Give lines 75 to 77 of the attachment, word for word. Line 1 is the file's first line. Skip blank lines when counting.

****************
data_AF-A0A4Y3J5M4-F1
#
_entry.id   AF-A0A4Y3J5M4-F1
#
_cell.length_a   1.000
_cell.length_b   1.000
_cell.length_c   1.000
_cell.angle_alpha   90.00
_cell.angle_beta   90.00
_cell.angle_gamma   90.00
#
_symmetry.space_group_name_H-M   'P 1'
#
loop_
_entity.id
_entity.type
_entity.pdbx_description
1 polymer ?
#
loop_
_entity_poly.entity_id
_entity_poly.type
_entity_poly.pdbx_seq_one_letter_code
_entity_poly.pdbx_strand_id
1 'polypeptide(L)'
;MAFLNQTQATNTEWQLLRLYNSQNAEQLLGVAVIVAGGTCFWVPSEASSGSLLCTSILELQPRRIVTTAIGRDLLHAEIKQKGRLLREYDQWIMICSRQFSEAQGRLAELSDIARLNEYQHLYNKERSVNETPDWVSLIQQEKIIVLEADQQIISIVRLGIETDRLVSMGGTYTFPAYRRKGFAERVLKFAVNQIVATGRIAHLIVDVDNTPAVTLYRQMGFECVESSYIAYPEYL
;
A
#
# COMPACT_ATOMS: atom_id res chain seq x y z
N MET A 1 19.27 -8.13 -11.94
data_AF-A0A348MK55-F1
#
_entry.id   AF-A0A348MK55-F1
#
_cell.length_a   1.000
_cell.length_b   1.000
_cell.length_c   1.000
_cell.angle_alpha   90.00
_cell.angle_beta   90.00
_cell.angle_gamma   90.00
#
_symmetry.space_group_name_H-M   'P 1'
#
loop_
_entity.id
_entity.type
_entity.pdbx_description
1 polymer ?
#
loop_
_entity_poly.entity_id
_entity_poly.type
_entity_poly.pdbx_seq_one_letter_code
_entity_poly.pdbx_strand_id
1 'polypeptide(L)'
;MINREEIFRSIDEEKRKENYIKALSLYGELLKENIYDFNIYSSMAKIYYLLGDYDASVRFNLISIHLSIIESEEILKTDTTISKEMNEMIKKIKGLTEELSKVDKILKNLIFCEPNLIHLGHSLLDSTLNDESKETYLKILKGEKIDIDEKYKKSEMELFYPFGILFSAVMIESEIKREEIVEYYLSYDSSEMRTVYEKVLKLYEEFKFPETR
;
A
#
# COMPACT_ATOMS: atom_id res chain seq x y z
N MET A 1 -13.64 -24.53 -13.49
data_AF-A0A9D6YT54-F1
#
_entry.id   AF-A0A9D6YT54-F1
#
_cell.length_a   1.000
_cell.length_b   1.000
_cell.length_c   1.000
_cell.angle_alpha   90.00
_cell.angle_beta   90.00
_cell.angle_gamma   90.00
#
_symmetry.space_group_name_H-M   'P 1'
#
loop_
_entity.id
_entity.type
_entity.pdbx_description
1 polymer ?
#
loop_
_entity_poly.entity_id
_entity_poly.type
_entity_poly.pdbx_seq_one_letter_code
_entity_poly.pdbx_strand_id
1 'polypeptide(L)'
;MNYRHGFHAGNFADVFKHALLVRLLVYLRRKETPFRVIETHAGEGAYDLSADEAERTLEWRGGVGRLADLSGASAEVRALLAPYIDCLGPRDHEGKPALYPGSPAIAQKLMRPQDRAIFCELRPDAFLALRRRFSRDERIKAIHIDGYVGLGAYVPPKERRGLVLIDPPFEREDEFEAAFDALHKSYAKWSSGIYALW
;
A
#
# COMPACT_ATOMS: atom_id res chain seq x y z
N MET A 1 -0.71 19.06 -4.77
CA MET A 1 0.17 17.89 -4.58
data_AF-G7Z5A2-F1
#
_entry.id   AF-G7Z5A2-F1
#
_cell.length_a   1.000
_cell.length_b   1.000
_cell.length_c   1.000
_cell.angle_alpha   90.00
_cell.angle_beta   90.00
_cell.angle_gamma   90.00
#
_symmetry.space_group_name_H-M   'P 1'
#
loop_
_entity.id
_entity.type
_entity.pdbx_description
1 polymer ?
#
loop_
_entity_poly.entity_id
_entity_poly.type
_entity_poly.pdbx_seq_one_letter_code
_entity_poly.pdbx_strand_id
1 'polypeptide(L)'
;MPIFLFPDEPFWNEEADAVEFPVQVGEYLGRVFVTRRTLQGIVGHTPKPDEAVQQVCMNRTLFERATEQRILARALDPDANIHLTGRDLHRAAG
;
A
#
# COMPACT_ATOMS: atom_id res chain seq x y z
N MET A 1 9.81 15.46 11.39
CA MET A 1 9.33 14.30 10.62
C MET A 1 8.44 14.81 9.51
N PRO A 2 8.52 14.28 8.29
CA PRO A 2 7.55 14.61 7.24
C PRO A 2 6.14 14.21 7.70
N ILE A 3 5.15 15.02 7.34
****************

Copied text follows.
#
loop_
_entity.id